I have a diagnosis of fibromyalgia (along with UCTD) and I used to have anxiety. While I do still have chronic pain, it is much less intense than when my anxiety was bad.

Let’s quickly talk about stigma, because while it’s decreasing, I want to recognize that some people still struggle with it. You are not crazy if you seek out mental health help. You’re not abnormal. A lot of things people tell me are normal, or do make sense given their circumstances. Mental health help is not just for the severely ill, it’s for everyone, because everyone struggles. If it’s a family member that is playing into the stigmatization for you, get them to read this post, or heck the millions of other posts and articles out there on mental health and stigma, and who is seeking services for what. And if that doesn’t help, remember that you have to do what’s best for you, not for other people.

If you have more questions about the body-mind connection, I am going to be doing a podcast episode on it in the near future, so feel free to email or DM me (on Instagram) some questions and I’ll answer them on air! Until then, keep making the most of it!

Chronically Living and how to make the most of it – new episodes every Monday!

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Dealing with Brain Fog

So, I will admit that I don’t get brain fog too often. Maybe like once a month, usually at night, and it’s usually not too bad. It is one of the reasons that when I was working my rheumatologist gave me a note saying that I couldn’t work after 7pm (no one ever followed that rule exactly though, it would be 7:30 or 8 usually). However, on Monday I had serious brain fog.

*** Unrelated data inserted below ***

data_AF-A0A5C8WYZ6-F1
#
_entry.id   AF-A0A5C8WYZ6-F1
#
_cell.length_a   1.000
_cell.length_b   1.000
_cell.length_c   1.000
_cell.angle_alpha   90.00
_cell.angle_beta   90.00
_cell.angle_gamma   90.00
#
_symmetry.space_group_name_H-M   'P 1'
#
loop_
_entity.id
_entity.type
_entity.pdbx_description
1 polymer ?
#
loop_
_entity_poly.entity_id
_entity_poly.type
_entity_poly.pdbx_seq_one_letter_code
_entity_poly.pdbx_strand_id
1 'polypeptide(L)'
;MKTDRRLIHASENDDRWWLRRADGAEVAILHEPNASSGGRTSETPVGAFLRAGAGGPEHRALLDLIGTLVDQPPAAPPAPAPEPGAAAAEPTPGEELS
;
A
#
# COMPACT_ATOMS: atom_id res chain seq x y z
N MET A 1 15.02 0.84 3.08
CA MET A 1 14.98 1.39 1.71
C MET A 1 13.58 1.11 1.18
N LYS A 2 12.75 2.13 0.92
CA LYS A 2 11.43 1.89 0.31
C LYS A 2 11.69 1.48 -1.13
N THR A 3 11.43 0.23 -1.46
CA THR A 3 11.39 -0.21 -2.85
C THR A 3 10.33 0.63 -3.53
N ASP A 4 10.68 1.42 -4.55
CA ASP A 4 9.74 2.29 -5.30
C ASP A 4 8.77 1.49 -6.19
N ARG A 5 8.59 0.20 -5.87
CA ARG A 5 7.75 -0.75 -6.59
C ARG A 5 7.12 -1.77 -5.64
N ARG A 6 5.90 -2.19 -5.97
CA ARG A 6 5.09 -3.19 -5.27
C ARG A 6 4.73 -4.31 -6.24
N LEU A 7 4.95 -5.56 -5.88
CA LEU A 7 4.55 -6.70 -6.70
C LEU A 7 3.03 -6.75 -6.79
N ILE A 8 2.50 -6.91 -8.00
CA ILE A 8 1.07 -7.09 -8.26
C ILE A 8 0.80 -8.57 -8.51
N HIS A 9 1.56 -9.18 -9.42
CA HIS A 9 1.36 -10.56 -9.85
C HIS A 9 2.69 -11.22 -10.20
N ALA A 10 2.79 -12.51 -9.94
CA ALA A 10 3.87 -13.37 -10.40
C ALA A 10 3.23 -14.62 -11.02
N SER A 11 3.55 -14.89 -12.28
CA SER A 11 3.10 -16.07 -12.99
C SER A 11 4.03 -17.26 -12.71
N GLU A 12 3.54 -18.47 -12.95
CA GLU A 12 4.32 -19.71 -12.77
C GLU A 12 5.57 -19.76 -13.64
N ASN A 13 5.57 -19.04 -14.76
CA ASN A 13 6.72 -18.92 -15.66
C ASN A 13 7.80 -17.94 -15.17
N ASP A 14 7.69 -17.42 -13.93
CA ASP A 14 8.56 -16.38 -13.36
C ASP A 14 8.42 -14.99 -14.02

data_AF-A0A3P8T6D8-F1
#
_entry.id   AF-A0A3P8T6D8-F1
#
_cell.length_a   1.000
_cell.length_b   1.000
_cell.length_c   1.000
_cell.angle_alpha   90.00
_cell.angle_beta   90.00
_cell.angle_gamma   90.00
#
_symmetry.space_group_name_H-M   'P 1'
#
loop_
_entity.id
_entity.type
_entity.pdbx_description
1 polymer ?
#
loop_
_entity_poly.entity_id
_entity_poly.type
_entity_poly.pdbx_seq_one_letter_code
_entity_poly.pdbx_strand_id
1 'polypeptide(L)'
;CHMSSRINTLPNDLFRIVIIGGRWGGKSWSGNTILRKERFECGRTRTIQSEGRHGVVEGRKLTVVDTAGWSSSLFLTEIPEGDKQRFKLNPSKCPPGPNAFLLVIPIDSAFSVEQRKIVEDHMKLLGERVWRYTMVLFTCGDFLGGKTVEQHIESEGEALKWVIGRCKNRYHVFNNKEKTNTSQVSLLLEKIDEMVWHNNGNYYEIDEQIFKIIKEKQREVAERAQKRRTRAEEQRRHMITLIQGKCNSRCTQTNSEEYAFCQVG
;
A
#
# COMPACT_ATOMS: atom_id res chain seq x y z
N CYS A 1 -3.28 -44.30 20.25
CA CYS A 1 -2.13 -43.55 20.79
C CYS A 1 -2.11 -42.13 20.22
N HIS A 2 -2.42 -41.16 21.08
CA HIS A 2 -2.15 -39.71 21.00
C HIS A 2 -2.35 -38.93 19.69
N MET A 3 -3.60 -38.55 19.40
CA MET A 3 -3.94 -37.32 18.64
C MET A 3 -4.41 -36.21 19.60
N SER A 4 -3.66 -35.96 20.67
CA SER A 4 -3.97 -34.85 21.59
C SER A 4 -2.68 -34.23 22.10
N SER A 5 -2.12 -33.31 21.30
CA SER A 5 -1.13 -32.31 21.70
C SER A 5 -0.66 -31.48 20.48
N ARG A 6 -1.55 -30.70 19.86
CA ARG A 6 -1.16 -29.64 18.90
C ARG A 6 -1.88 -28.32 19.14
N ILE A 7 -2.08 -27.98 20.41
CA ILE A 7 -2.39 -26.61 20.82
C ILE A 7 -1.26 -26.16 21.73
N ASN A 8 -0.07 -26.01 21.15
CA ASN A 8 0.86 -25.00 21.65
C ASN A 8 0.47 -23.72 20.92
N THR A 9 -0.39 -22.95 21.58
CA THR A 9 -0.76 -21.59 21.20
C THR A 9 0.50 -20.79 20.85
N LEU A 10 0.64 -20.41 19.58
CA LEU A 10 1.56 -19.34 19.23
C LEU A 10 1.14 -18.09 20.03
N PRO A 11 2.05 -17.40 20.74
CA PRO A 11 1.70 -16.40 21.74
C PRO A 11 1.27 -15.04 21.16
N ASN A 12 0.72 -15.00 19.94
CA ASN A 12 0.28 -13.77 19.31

The whole day felt off. I did yoga in the morning, then did school work, okay seemed fine. Went to a chiropractor appointment at noon. Still okay. Got home started to feel beyond exhausted. Checked the times for my discussion group for school – 7:30. Okay. Felt more tired (apparently I ran out of spoons really fast that day). Took a nap (I never take naps because they make me feel groggy) because I literally couldn’t stay awake. Got up half an hour later. Felt slightly better. Checked the times again for the discussion group – still read 7:30. Chill out for a bit, take a bath. Check the times again. Still read 7:30. Then 7:30 rolls around so I log in (after again just reading the 7:30 start time) and no one is there… Check the times again. It says 7:30 Atlantic time, 6:30 Eastern. Then I had a major anxiety attack and eventually got myself in the other group that night (discussion started at 9). I did feel a bit better later but geez was that whole day weird.

So what did I do between 7:30 and 9:00 other than freak out and join the other group? I did something that I wasn’t even sure was going to help but did a bit (not a lot but enough that I could actually participate in the discussion group). I played the piano. Music is great for the brain. In fact there are studies that suggest that learning to play an instrument can delay or reduce your risk of dementia. I purposefully picked songs that I knew how to play, are slightly complicated, and hadn’t really played for a long time. I forced my brain to work. Did I play them perfectly? No. I did play them well enough though.

Technically I only have a keyboard at my current place. My actual piano resides at my parents’.

To be honest, I’ve tried a few Google searches and there aren’t a lot of “remedies” for brain fog. Usually it’s just something Spoonies have to deal with, so either the day is a write off or you just sleep more or veg. I did find one article (https://www.healthline.com/health/brain-fog#treatment) that offers a few ideas that I think I’ll try to keep in mind (though I’m pretty sure piano will be my go to). Making sure you are getting enough sleep at night (8 hours), manage your stress (meditations or yoga anyone?), not drinking too much alcohol or caffeine, doing exercises for your brain (puzzles, word games, piano), and proper nutrition (protein, fats, vegetables and fruits!). Okay so none of these are a cure but I’d be willing to try any and all if it means that the brain fog is even less bad in the future. In fact, probably doing a lot of this on a regular basis would help prevent brain fog (and as I mentioned I don’t get it often).

Disc golf counts as exercise right?

What are your thoughts on brain fog? Anything that works to help you? Comment or DM me on Instagram @janeversuspain.